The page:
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Saint of the Day—available on the iPhone!

Saint of the Day
Catholic saints are holy people and human people who lived extraordinary lives. Each saint the Church honors responded to God's invitation to use his or her unique gifts. God calls each one of us to be a saint. Click here to receive Saint of the Day in your email.

February 23
Blessed Giles of Assisi
(1190-1262)


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Giles, one of the first followers of St. Francis, was a simple and prayerful man.

Giles the farmer distributed his goods to the poor and became one of Francis’ first disciples on April 23, 1208. He introduced Giles to the others saying, "Here is a good brother God has sent us! Let us sit down to table and celebrate his coming."

Early in his life as a Franciscan, Giles went on pilgrimages to Rome, to the Holy Land and to the famous shrine of St. James at Compostela, Spain. His 1219 preaching mission to the Muslims of Tunis was cut short when Christians there, fearing he would cause trouble for them, put him on the boat back to Italy. Giles then worked several years as a day-laborer. In 1234 he moved to Monte Ripido near Perugia to pursue a contemplative life. Giles lived there until his death.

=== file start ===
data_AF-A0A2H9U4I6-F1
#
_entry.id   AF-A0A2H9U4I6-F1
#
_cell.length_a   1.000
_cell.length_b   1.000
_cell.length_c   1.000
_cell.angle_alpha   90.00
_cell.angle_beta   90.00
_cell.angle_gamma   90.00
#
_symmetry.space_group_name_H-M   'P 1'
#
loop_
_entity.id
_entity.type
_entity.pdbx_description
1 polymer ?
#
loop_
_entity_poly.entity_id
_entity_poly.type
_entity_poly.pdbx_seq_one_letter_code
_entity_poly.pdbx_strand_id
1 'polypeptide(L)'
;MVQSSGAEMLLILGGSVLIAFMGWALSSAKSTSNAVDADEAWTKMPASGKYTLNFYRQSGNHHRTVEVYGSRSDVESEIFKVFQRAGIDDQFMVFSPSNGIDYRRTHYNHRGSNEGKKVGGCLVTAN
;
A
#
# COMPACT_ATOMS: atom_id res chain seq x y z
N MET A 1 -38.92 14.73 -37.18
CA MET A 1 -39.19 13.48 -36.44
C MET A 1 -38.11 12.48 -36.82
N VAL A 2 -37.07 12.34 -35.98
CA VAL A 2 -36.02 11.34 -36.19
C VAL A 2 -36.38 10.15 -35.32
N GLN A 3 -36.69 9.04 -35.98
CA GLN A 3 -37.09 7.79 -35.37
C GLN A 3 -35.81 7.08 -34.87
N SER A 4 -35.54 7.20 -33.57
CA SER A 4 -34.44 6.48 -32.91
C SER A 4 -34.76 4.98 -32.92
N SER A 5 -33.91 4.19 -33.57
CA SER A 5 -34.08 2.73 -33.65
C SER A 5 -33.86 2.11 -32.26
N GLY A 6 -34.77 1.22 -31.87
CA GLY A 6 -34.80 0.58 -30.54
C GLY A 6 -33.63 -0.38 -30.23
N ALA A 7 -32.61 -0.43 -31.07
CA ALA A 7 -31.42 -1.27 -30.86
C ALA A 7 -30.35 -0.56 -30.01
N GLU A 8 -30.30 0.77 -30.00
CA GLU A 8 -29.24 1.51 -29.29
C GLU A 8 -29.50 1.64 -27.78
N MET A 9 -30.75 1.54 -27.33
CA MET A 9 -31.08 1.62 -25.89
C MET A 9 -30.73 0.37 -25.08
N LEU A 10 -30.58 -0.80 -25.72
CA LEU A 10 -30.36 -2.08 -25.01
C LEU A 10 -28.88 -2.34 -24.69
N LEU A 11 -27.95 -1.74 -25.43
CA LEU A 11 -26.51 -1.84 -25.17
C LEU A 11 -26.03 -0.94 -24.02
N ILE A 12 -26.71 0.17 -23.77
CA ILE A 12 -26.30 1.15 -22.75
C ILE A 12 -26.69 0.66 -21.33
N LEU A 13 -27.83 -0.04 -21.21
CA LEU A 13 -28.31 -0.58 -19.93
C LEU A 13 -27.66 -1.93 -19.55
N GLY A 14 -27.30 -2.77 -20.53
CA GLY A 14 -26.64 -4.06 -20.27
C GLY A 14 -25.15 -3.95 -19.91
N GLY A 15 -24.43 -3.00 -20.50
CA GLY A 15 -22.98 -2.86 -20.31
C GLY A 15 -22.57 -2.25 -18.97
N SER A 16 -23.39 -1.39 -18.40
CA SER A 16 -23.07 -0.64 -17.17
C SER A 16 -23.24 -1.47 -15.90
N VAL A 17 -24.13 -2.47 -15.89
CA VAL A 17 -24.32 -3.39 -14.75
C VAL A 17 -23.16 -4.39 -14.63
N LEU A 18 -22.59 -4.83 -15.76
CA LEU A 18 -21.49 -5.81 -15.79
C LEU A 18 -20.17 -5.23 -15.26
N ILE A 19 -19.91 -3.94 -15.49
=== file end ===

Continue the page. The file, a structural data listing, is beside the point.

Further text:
Giles always worked for his daily bread even if he was a guest someplace. Once when he was staying with a cardinal, the morning brought a hard rain. The cardinal happily thought that Giles would miss a day’s work and have to accept his charity. The ingenious friar, however, went to the kitchen of the palace and spent the day helping the cook clean it and prepare the evening meal!

When St. Bonaventure came to Perugia, Giles asked him if an ignorant person could love God as much as a scholar. Bonaventure, one of the leading theologians from the University of Paris and at the time minister general of the friars, responded, "A little old woman can love God even more than a master of theology." Giles immediately ran out, met an old woman and told her, "O poor little old woman, though you are simple and uneducated, just love the Lord God and you can be greater than Brother Bonaventure."

Pope Gregory IX, the former Cardinal Hugolino and a great admirer of St. Francis, once brought Giles to Viterbo in order to experience his holiness firsthand. They began speaking of heaven, and Giles twice went into ecstasy for long periods of time. The pope was convinced. Another time the pope asked Giles for some advice about fulfilling his duties as pope. Giles told him that he should have two eyes in his soul: one to contemplate heavenly things and the other to direct earthly things. As the pope and Bonaventure agreed, Giles was a master of the spiritual life. The Golden Sayings of Brother Giles records some of his most memorable quotes.

One of the last of Francis’ early followers to die, Giles denounced any relaxation of discipline in the Rule of St. Francis. He was particularly worried that some of the young friars being educated at the University of Paris would develop the intellectual pride so foreign to St. Francis. Giles was beatified in 1777.